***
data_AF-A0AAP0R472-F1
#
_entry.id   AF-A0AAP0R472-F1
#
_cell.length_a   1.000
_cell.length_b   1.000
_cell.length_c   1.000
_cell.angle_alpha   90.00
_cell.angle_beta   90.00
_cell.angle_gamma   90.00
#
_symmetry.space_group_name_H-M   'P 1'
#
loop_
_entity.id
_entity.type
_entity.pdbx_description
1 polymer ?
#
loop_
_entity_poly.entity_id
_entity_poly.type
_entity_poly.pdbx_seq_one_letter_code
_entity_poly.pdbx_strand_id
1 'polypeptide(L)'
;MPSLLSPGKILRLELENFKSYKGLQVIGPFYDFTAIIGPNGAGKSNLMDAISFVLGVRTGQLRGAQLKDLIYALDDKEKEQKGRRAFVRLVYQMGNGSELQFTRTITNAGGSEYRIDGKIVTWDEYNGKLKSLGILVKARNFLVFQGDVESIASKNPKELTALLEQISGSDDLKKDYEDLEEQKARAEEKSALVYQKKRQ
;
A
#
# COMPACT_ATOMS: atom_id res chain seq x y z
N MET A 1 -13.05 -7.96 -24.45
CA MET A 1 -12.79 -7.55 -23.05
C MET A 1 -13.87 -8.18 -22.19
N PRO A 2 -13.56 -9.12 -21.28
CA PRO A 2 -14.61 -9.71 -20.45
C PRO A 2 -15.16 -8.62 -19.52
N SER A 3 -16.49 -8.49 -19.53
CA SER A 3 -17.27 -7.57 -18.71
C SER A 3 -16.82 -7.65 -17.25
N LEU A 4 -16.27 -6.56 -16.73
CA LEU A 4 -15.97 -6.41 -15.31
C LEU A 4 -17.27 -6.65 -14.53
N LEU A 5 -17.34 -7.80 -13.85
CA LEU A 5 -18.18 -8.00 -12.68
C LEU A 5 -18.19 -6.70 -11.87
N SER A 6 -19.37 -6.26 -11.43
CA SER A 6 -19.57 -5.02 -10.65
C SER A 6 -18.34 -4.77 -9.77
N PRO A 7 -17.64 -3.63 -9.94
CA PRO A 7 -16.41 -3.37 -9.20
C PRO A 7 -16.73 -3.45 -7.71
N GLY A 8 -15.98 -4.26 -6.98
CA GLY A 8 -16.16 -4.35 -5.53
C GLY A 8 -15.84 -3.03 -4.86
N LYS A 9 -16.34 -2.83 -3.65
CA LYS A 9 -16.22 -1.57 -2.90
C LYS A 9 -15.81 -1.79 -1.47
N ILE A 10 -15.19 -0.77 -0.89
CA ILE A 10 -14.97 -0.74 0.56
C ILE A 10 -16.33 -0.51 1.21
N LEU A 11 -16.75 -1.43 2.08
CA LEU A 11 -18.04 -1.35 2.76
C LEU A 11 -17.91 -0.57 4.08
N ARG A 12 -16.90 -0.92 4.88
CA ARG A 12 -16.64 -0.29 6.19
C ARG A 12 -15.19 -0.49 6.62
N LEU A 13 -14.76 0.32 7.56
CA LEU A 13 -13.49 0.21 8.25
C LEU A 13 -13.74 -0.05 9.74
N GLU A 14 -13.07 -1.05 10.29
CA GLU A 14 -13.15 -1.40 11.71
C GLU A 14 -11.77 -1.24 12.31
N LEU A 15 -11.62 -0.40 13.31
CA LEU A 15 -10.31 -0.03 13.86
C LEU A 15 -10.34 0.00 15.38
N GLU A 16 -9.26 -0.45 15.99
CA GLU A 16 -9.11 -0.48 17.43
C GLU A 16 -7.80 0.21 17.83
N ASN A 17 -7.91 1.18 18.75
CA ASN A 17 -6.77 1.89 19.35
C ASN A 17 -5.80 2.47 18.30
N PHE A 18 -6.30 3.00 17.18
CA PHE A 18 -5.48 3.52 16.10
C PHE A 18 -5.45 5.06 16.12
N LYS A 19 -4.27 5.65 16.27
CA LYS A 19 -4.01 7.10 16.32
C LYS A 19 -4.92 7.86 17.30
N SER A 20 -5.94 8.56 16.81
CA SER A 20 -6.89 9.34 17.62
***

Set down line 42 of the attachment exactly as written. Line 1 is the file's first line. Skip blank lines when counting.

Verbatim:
C LEU A 4 -17.27 -6.65 -14.53